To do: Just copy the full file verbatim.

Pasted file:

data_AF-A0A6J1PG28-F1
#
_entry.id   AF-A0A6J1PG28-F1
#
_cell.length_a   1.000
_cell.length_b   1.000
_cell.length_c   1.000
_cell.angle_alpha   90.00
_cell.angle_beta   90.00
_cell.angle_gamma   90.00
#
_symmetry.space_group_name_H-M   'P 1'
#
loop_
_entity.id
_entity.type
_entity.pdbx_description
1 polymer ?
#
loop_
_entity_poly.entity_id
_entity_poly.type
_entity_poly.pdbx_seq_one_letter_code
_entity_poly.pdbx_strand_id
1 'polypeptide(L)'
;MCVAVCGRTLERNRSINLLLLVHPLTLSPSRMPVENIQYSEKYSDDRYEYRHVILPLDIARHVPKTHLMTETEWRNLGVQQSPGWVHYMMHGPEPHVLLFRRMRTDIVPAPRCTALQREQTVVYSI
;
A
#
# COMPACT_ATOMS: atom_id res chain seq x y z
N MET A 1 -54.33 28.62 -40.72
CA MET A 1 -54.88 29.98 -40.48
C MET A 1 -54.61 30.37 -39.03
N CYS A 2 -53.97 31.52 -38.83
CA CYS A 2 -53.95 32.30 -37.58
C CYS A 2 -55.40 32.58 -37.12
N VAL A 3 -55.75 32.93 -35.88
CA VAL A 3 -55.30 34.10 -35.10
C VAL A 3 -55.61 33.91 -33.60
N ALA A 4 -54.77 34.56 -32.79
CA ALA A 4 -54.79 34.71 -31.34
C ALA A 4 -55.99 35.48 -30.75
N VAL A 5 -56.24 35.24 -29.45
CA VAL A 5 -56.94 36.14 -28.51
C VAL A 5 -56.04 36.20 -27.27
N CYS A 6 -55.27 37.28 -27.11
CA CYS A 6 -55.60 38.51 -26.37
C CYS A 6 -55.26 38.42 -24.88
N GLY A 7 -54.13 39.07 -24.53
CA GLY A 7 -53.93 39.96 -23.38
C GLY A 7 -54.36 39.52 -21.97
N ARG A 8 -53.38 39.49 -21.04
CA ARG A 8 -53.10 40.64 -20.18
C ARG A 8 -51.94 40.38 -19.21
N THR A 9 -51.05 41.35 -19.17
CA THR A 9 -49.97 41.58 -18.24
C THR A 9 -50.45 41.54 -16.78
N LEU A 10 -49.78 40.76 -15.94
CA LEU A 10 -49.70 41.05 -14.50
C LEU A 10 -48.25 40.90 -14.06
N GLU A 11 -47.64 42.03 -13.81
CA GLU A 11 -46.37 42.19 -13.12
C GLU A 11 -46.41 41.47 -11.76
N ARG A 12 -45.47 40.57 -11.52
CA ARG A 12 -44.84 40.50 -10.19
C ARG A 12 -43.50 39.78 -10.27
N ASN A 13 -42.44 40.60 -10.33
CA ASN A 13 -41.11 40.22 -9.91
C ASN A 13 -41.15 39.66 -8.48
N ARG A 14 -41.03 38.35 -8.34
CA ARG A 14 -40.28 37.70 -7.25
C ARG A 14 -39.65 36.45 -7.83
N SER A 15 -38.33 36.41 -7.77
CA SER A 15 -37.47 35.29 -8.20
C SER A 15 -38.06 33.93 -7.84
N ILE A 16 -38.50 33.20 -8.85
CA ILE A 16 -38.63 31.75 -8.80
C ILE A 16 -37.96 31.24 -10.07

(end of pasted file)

data_AF-A0A6J1PG28-F1
#
_entry.id   AF-A0A6J1PG28-F1
#
_cell.length_a   1.000
_cell.length_b   1.000
_cell.length_c   1.000
_cell.angle_alpha   90.00
_cell.angle_beta   90.00
_cell.angle_gamma   90.00
#
_symmetry.space_group_name_H-M   'P 1'
#
loop_
_entity.id
_entity.type
_entity.pdbx_description
1 polymer ?
#
loop_
_entity_poly.entity_id
_entity_poly.type
_entity_poly.pdbx_seq_one_letter_code
_entity_poly.pdbx_strand_id
1 'polypeptide(L)'
;MCVAVCGRTLERNRSINLLLLVHPLTLSPSRMPVENIQYSEKYSDDRYEYRHVILPLDIARHVPKTHLMTETEWRNLGVQQSPGWVHYMMHGPEPHVLLFRRMRTDIVPAPRCTALQREQTVVYSI
;
A
#
# COMPACT_ATOMS: atom_id res chain seq x y z
N MET A 1 -54.33 28.62 -40.72
CA MET A 1 -54.88 29.98 -40.48
C MET A 1 -54.61 30.37 -39.03
N CYS A 2 -53.97 31.52 -38.83
CA CYS A 2 -53.95 32.30 -37.58
C CYS A 2 -55.40 32.58 -37.12
N VAL A 3 -55.75 32.93 -35.88
CA VAL A 3 -55.30 34.10 -35.10
C VAL A 3 -55.61 33.91 -33.60
N ALA A 4 -54.77 34.56 -32.79
CA ALA A 4 -54.79 34.71 -31.34
C ALA A 4 -55.99 35.48 -30.75
N VAL A 5 -56.24 35.24 -29.45
CA VAL A 5 -56.94 36.14 -28.51
C VAL A 5 -56.04 36.20 -27.27
N CYS A 6 -55.27 37.28 -27.11
CA CYS A 6 -55.60 38.51 -26.37
C CYS A 6 -55.26 38.42 -24.88
N GLY A 7 -54.13 39.07 -24.53
CA GLY A 7 -53.93 39.96 -23.38
C GLY A 7 -54.36 39.52 -21.97
N ARG A 8 -53.38 39.49 -21.04
CA ARG A 8 -53.10 40.64 -20.18
C ARG A 8 -51.94 40.38 -19.21
N THR A 9 -51.05 41.35 -19.17
CA THR A 9 -49.97 41.58 -18.24
C THR A 9 -50.45 41.54 -16.78
N LEU A 10 -49.78 40.76 -15.94
CA LEU A 10 -49.70 41.05 -14.50
C LEU A 10 -48.25 40.90 -14.06
N GLU A 11 -47.64 42.03 -13.81
CA GLU A 11 -46.37 42.19 -13.12
C GLU A 11 -46.41 41.47 -11.76
N ARG A 12 -45.47 40.57 -11.52
CA ARG A 12 -44.84 40.50 -10.19
C ARG A 12 -43.50 39.78 -10.27
N ASN A 13 -42.44 40.60 -10.33
CA ASN A 13 -41.11 40.22 -9.91
C ASN A 13 -41.15 39.66 -8.48
N ARG A 14 -41.03 38.35 -8.34
CA ARG A 14 -40.28 37.70 -7.25
C ARG A 14 -39.65 36.45 -7.83
N SER A 15 -38.33 36.41 -7.77
CA SER A 15 -37.47 35.29 -8.20
C SER A 15 -38.06 33.93 -7.84
N ILE A 16 -38.50 33.20 -8.85
CA ILE A 16 -38.63 31.75 -8.80
C ILE A 16 -37.96 31.24 -10.07